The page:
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Startling New Evidence: You Can Slow the Aging Process, Scientists Say
by David L. Kern

What if you could actually slow your rate of aging, and live
healthier longer, simply by eating certain foods? U.S.
Government scientists now say it's possible.

Floyd P. Horn, then Administrator of the scientific research arm
of the USDA, broke the exciting news in February 1999.

"Young and middle-aged people," said Horn, "may be able to reduce
risk of diseases of aging -- including senility -- simply by
adding high-ORAC foods to their diets."

I don't know about you, but I find that statement tremendously
exciting: "simply by adding high-ORAC foods."

Buddy, Can You Spare Some ORAC?

Unfortunately, most Americans have no idea that there may be a
simple solution to preventing- or at least postponing- the
ravages of decline, disease, and feeble old age.

ORAC stands for Oxygen Radical Absorbance Capacity. It's a test
developed by the USDA and Tufts University to measure the
antioxidant speed and power of foods and supplements. The ORAC
test is quickly becoming the accepted standard for comparing
antioxidant capacity.

And as you may know, oxidative stress, or free-radical damage,
is implicated in all diseases associated with aging, including
cancer, heart disease, stroke, Alzheimer's disease, and diabetes-
a short list of the 5 major killers of Americans.

She Told You So

An easier way to understand ORAC is to look at particular foods.
Let's take spinach, for example. We all know spinach is good for
us. Mom said so. And Popeye.

When USDA scientists tested spinach, they found it has an ORAC
value of 1260 units per serving. So spinach qualifies as a
"high-ORAC food," which may help slow the aging process.

It turns out Mom was right. She knew it would keep you healthier.
But she probably never told you that spinach may keep you younger-
to actually help you age more slowly.

Sound the Alarm

We have an epidemic of age-related disease in America. The
statistics are shocking. The CDC (Centers for Disease Control) in
Atlanta now says that 80% of elderly Americans have at least one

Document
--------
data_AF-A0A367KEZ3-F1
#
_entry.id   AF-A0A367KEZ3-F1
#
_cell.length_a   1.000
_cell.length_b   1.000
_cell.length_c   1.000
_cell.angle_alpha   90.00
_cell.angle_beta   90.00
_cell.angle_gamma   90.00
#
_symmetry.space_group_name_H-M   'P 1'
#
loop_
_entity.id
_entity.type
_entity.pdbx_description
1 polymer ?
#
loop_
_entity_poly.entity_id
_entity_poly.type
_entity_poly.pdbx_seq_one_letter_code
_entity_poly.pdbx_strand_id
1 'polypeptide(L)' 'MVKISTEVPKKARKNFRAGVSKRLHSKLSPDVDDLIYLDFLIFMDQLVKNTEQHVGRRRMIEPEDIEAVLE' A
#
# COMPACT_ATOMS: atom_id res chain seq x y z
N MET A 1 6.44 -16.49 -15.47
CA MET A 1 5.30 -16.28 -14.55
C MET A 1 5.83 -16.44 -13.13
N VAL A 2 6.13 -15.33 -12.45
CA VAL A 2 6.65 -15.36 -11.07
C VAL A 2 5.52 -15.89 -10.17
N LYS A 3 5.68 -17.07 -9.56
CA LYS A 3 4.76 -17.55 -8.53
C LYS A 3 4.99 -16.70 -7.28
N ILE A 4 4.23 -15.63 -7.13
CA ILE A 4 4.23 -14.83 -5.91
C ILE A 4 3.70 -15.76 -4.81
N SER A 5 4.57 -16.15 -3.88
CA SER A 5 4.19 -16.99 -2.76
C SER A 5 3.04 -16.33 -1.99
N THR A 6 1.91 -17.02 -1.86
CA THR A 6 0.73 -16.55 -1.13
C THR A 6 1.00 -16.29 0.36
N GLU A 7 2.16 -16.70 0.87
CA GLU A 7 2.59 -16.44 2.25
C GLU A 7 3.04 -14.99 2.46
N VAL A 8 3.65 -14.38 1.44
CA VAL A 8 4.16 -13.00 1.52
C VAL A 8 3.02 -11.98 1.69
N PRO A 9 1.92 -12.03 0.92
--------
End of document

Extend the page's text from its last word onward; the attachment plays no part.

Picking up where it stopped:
chronic disease. And 50% have two or more!

And the ORAC tests help explain these terrible numbers. The truth
is, our diets are woefully deficient in nutrient-dense, high-ORAC

USDA researchers estimate that you need somewhere around 5,000
ORAC units in your diet every day to get the ORAC benefits that
slow aging and prevent disease.

But they also estimate that the average American gets only 1,200
ORAC units a day. This means that most of us are eating our way
to one or more of the chronic diseases of aging.

Is it any wonder, then, that the diseases of aging are out of
control? The average American gets less than the antioxidant
(ORAC) value of one serving of spinach every day.

So what do you do if you hate spinach? No worries! There are many
foods that rank high on the ORAC scale. Many delicious fruits and
vegetables have high ORAC values: prunes, raisins, blueberries,
blackberries, kale, alfalfa sprouts, and Brussels sprouts are all
rich in ORAC. Just find the ones you like, and eat more of them.

Vitamin C, a common health supplement, scores 1,890 units per
gram. (For comparison, spinach delivers 12.6 units per gram) And
that's another very good reason to supplement your diet with
antioxidant vitamins.

But if you want to get serious about a true anti-aging diet,
there are specialty food ingredients available that deliver far
higher ORAC values than ordinary foods and vitamins.

The Next Level of ORAC

Scientists are now testing "superfood" antioxidants that can give
you astonishing ORAC protection- much higher than ordinary foods
and vitamins.

One of these new generation ORAC foods, derived from the skin of
immature apples, tests as high as 13,000 per gram on the scale-
over 1000 more powerful than spinach!

Anti-aging enthusiasts are now using these super-antioxidant ORAC
foods to get maximum protection for aging and related physical
and mental decline.

Why? Because high-ORAC foods may slow aging. And the next-generation
ORAC food ingredients are showing remarkable health benefits in
human and animal studies, against the same diseases associated
with aging- heart disease, cancer, diabetes and Alzheimer's.

So let me ask you:

> If you are growing older

> If 80% of older Americans have at least one chronic disease

> If the USDA says that high-ORAC foods may slow aging

isn't it time that you consider adding a lot more high-ORAC foods
to your diet?

Or maybe, you didn't get the memo.

Copyright © 2005 David L. Kern

About David: David L. Kern is a health researcher and specialist
in anti-aging nutrition. "There is now solid scientific proof,"
he asserts, "that we can actually slow the aging process."
Discover the latest breakthroughs in high-ORAC anti-aging
nutrition at http://www.applepoly.com/anti-aging

Source: ReprintArticles.com


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